A new hobby began to blossom as I started making model electric guitars. My dad had a tool shed where he kept his fishing gear and it had a small work bench and a few shelves, which he allowed me to clear off and use for some tools and little bottles of paint and small nails and thread. I have to say, looking back, I was forced to be creative, having almost no money for supplies. The wood for the guitars were just little pieces of pine I salvaged. The paints were left from my plastic model-building days, as were the small paint brushes. The frets were some thin copper wire I liberated from it's insulation. The tuning knobs were heads cut of small tacks. The pick guards were cut from plastic coffee can lids and the thread was courtesy my mom's sewing box, which I used for strings. Pickups were shaped from little pieces of balsa wood from old, broken gliders. I even bent little hat pins top make the whammy bars. Thus my entry into the world of woodworking which has come in and out of my entire life and i currently a focal point. Happy Throwback thursday everyone!

Tuesday, June 24, 2014

A Father's Day Project

For the past several years, our Father's Day tradition has been for my son to take me to the driving range and we hit a few bucket of balls, then my daughter takes me to the movie of my choice. I have always enjoyed these activities, but this year I thought maybe we could try something a little different. I asked myself what I would want most for the occasion and I decided I just want to spend some quality time with my offspring. Everyone in my family has an artist bent, so I thought we could do a family collaboration. I knew it had to be something we could actually complete i a few hours and somehow each could participate. I thought of decoration a platter or shallow bowl with a wide rim as our "canvas". My decision to prepare in advance by turning the bowl prior to our gathering. We went around and around with conflicting suggestions as to how to decorate the bowl and settled on this dragon design taken from the Lora Irish book, "Great Book of Dragon Patterns". This suited both the time frame and the scope and size of the bowl. After sketching out the pattern free hand with the book as a resource, we transferred the pattern to the bowl with graphite paper. The outlines were then followed with a fine-tip wood burning tool. We used thinned acrylic paints for colors and finally a light sanding and a few coats of clear lacquer sprayed on for sheen and protection. Here's the result of our first Father's Day Collaboration.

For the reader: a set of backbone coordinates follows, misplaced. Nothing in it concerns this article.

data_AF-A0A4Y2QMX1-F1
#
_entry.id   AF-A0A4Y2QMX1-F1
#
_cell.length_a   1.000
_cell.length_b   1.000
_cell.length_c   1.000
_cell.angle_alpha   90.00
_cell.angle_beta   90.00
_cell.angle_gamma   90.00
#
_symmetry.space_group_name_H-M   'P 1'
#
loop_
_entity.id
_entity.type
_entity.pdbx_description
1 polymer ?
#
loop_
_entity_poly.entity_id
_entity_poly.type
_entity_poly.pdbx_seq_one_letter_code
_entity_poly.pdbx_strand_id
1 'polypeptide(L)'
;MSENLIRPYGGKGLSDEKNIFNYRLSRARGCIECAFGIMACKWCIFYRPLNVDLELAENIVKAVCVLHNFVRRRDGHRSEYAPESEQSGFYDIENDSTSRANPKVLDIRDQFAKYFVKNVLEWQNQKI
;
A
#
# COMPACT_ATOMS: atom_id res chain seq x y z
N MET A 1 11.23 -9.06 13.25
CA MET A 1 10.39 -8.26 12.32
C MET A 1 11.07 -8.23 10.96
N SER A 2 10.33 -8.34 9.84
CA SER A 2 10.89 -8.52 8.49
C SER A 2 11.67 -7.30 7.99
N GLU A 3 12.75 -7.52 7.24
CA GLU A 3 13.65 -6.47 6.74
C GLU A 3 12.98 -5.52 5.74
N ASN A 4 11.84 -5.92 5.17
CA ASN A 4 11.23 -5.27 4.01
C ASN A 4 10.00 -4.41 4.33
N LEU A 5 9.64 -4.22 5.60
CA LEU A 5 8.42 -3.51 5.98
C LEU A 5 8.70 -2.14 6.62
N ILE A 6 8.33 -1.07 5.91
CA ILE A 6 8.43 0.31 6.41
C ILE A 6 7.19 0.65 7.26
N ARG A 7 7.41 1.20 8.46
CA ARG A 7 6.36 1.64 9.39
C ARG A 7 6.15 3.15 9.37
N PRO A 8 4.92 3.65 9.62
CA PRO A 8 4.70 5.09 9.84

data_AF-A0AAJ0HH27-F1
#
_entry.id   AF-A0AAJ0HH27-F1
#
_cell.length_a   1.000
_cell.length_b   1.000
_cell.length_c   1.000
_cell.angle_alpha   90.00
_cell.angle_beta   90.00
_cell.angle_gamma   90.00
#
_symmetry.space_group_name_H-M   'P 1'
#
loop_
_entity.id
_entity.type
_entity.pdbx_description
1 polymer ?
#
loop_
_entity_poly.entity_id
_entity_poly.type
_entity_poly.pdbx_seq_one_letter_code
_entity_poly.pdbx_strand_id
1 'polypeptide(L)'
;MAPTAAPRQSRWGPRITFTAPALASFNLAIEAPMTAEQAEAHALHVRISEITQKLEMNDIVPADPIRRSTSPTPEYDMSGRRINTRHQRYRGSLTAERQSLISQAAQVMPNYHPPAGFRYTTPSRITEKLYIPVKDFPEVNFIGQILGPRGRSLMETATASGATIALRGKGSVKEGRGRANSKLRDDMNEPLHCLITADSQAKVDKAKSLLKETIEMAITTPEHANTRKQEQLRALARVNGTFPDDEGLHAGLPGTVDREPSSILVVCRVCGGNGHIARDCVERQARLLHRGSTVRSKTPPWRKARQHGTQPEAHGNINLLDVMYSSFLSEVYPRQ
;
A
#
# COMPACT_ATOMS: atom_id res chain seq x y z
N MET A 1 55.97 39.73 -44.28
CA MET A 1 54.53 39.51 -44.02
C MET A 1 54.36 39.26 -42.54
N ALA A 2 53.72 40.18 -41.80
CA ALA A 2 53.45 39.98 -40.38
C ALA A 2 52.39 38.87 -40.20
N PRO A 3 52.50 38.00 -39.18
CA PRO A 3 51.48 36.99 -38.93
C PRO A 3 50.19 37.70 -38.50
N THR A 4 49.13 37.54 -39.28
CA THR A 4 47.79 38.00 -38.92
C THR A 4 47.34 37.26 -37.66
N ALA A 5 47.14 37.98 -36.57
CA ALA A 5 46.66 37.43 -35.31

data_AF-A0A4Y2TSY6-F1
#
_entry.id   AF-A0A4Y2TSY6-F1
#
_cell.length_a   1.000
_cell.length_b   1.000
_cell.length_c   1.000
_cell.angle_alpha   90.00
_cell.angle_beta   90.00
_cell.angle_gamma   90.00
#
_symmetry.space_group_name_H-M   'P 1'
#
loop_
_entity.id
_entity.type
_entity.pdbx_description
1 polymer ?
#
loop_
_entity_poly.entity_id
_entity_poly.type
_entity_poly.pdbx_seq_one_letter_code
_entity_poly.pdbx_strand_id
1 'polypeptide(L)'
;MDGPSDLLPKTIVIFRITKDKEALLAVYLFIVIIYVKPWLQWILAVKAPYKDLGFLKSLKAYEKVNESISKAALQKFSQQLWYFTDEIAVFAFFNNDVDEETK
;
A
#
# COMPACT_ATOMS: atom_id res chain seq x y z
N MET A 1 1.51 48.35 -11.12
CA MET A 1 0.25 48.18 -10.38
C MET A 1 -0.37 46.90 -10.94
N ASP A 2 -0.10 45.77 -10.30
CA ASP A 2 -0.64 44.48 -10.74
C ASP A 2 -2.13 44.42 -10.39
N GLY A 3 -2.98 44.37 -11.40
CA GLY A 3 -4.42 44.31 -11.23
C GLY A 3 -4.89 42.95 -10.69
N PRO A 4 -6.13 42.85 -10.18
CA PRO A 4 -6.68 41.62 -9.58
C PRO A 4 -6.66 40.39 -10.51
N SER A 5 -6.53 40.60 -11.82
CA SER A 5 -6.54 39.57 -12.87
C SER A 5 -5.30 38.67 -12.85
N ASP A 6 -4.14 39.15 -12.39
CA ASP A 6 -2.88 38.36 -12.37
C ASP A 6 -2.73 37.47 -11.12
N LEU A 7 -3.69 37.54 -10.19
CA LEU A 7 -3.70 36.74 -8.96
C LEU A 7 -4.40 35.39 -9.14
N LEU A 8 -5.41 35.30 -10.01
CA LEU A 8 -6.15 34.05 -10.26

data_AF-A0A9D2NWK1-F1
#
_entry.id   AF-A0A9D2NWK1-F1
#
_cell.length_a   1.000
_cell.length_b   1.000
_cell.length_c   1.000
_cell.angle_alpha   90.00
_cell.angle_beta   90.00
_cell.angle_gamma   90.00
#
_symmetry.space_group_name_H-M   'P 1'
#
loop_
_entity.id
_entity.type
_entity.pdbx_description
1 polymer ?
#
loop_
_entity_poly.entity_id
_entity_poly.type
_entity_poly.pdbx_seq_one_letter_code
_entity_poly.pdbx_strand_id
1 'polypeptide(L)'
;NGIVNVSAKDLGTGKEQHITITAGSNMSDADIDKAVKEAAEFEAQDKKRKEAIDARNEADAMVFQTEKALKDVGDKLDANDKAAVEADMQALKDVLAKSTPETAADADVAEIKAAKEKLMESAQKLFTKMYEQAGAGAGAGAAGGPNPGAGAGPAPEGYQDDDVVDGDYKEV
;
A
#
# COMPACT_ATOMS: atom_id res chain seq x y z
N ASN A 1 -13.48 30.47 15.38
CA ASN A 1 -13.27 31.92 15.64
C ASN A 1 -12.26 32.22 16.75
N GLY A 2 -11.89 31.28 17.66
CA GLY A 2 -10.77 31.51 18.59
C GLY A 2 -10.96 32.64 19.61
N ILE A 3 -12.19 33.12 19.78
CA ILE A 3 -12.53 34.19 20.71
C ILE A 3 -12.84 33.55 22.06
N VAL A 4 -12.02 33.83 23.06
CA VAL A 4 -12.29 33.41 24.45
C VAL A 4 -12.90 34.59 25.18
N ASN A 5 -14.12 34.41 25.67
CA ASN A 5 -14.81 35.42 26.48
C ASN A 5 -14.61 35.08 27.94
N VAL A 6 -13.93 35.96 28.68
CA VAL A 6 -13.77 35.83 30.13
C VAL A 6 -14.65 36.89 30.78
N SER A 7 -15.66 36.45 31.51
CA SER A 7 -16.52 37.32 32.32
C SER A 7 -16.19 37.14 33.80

An Introduction

Why this blog? I have been maintaining a web site, blog and a you tube channel all dedicated to my interest in wood carving. But I have been a woodworker and cabinetmaker for many more years before calling myself a wood carver. Most recently, I have added turning to my set of interests. The thing I have learned from these three, separate disciplines is that many of the concepts crossover and a skill or technique normally applied to one can help solve some challenges for the others.

I am a member of the Long Island Woodworkers Club and within that greater organization, one can be a member of the Wood Turners, The Wood Carvers or the Cabinetmakers. Many members are part of more than one, but I have found most are one or the other. I think of myself as more of a Jack-of-all trades, master of none. I just can't help dabbling in any aspect of working with wood. I am an avid learner and I also love to share and teach what I have learned. I find that shearing helps to reinforce and solidify information I gather about my crafts. So this blog will be bother a diary and a way for others of like interest to follow along as I learn, create and make mistakes in my journey to become better at what I do. I love to interact, so please read and share what you know about any given project or technique here in my Comments.

I have a lot of "old" projects that I have photographed over the past year or two. I'll start posting some picture with little comments. In the future I will try and document things a little better.

Welcome to my latest venture.